Cowork Spaces

Shawn Blanc on work:

Well, that got me thinking… perhaps working out of my home office isn’t the best setup for me? I’ve long been leaving the house once a week to work from a coffee shop, but what if it should be more?

When I lived in Seattle my commute to work was 45 minutes on a good day (and those days were rare). Because of that I worked from home on Fridays. Without a doubt, working from my office was more productive for a plethora of reasons.

For me the biggest reason was that I couldn’t just fuck around all day at the office — someone was likely to see my computer screen. There’s something psychological for me, whereby when I enter a space designated for “work” I tend to be more serious about work. Whereas if it is a space that is still apart of my home, I tend to want to work, but I feel less rushed and less serious about it and therefore get less done.

Sometimes this is beneficial, but sometimes you just need to get shit done.

I’ve never used a cowork space (though I would love to)1 but I imagine I would likely see an even bigger boost to my productivity there. I say that because while I don’t want my employees to see me goofing off, I really wouldn’t want random coworking people to see me goofing off.

Overall, I think cowork spaces are very interesting, and certainly here to stay. I do think that many of them focus too heavily on replicating a “modern” office feeling, instead of focusing on the more specific needs of coworkers, or remote workers in general.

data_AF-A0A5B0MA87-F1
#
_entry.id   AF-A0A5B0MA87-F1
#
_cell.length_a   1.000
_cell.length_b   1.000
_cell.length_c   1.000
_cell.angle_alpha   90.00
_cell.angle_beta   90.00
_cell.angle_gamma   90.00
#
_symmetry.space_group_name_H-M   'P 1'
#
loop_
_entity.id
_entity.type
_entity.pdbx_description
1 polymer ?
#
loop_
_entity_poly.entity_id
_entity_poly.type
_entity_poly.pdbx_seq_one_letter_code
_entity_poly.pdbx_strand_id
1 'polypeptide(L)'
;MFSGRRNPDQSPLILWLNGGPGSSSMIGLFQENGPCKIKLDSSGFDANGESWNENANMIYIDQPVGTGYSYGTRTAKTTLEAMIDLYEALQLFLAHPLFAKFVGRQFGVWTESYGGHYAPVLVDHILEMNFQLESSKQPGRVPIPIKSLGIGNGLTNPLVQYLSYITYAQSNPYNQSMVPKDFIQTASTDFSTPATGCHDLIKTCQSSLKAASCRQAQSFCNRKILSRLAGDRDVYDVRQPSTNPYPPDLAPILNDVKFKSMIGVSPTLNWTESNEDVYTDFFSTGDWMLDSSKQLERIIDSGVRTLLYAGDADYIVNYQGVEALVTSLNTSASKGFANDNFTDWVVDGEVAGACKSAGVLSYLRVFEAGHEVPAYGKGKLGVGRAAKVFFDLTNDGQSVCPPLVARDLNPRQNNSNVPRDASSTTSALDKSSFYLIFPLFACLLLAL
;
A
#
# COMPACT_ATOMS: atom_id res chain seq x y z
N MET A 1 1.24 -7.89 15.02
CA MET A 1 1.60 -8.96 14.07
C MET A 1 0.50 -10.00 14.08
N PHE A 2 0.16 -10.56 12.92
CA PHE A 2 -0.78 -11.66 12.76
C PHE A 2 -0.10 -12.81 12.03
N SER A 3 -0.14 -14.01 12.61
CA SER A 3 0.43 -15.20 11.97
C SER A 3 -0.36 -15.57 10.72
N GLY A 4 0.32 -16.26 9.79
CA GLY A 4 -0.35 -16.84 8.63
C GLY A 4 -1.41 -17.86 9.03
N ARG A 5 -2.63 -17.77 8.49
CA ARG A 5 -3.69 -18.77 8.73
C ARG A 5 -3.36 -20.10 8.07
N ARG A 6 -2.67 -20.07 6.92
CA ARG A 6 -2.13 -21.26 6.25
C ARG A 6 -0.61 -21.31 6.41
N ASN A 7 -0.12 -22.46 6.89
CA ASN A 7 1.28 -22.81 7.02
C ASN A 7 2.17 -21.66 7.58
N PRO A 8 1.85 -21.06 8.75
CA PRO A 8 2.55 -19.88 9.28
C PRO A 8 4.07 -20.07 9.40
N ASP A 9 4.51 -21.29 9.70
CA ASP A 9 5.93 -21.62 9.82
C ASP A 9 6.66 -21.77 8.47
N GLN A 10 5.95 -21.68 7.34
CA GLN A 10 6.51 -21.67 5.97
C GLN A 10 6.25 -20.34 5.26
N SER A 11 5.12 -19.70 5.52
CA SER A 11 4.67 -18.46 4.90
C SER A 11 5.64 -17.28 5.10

Needs like:

  • Podcast studio with computer and mic.
  • Large monitors already at the desk.
  • Rental lockers for people ‘in-town’ for the day that need a hub.
  • Computers in general for those that run around with just a tablet.
  • Chargers on site (why should I lug mine).

I’m certain that these amenities exist at some locations, but it doesn’t seem to be the norm from what I can tell. Mostly, from what I can see just by looking at websites, I think there is also too much human interaction to get a desk — it’d be ideal to make no human interaction needed. Book the desk/locker/room/office on your iPhone, walk in and get to work, leave when you are done.

More Uber, less Four Seasons. I don’t know about anyone else, but I hate interacting with people out to sell me something.


  1. I wanted to when I was in Seattle, but the options at the time were very unappealing to me. Since then I have toyed with the idea of opening my own cowork space in Seattle, but haven’t taken it further than that. 

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Article Details

Published
by Ben Brooks
2 minutes to read.


tl;dr

Shawn Blanc on work: Well, that got me thinking… perhaps working out of my home office isn’t the best setup for me? I’ve long been leaving the house once a week to work from a coffee shop, but what if it should be more? When I lived in Seattle my commute to work was 45 […]